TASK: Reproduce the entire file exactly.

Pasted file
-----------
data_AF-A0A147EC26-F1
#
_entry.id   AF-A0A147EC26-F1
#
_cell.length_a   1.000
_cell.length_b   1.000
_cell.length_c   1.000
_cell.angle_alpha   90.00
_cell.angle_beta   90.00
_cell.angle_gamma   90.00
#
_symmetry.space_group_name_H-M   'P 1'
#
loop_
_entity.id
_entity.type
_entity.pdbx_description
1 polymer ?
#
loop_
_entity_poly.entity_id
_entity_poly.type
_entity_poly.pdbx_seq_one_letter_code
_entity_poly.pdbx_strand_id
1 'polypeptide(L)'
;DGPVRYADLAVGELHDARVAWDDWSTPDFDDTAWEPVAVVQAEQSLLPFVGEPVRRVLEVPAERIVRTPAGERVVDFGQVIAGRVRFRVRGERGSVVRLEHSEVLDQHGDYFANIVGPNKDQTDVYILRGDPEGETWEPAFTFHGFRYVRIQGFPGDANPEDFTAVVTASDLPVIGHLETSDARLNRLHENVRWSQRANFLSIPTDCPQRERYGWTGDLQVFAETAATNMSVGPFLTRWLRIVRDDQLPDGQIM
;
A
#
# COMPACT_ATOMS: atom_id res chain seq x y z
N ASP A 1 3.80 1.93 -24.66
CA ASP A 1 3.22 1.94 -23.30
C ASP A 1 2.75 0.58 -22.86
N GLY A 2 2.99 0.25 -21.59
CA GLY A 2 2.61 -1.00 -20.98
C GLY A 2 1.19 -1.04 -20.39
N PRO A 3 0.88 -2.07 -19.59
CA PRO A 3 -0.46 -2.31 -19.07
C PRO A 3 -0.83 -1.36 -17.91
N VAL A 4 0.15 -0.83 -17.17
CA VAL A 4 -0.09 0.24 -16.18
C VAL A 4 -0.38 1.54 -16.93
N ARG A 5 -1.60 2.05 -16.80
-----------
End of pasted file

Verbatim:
data_AF-A0A147EC26-F1
#
_entry.id   AF-A0A147EC26-F1
#
_cell.length_a   1.000
_cell.length_b   1.000
_cell.length_c   1.000
_cell.angle_alpha   90.00
_cell.angle_beta   90.00
_cell.angle_gamma   90.00
#
_symmetry.space_group_name_H-M   'P 1'
#
loop_
_entity.id
_entity.type
_entity.pdbx_description
1 polymer ?
#
loop_
_entity_poly.entity_id
_entity_poly.type
_entity_poly.pdbx_seq_one_letter_code
_entity_poly.pdbx_strand_id
1 'polypeptide(L)'
;DGPVRYADLAVGELHDARVAWDDWSTPDFDDTAWEPVAVVQAEQSLLPFVGEPVRRVLEVPAERIVRTPAGERVVDFGQVIAGRVRFRVRGERGSVVRLEHSEVLDQHGDYFANIVGPNKDQTDVYILRGDPEGETWEPAFTFHGFRYVRIQGFPGDANPEDFTAVVTASDLPVIGHLETSDARLNRLHENVRWSQRANFLSIPTDCPQRERYGWTGDLQVFAETAATNMSVGPFLTRWLRIVRDDQLPDGQIM
;
A
#
# COMPACT_ATOMS: atom_id res chain seq x y z
N ASP A 1 3.80 1.93 -24.66
CA ASP A 1 3.22 1.94 -23.30
C ASP A 1 2.75 0.58 -22.86
N GLY A 2 2.99 0.25 -21.59
CA GLY A 2 2.61 -1.00 -20.98
C GLY A 2 1.19 -1.04 -20.39
N PRO A 3 0.88 -2.07 -19.59
CA PRO A 3 -0.46 -2.31 -19.07
C PRO A 3 -0.83 -1.36 -17.91
N VAL A 4 0.15 -0.83 -17.17
CA VAL A 4 -0.09 0.24 -16.18
C VAL A 4 -0.38 1.54 -16.93
N ARG A 5 -1.60 2.05 -16.80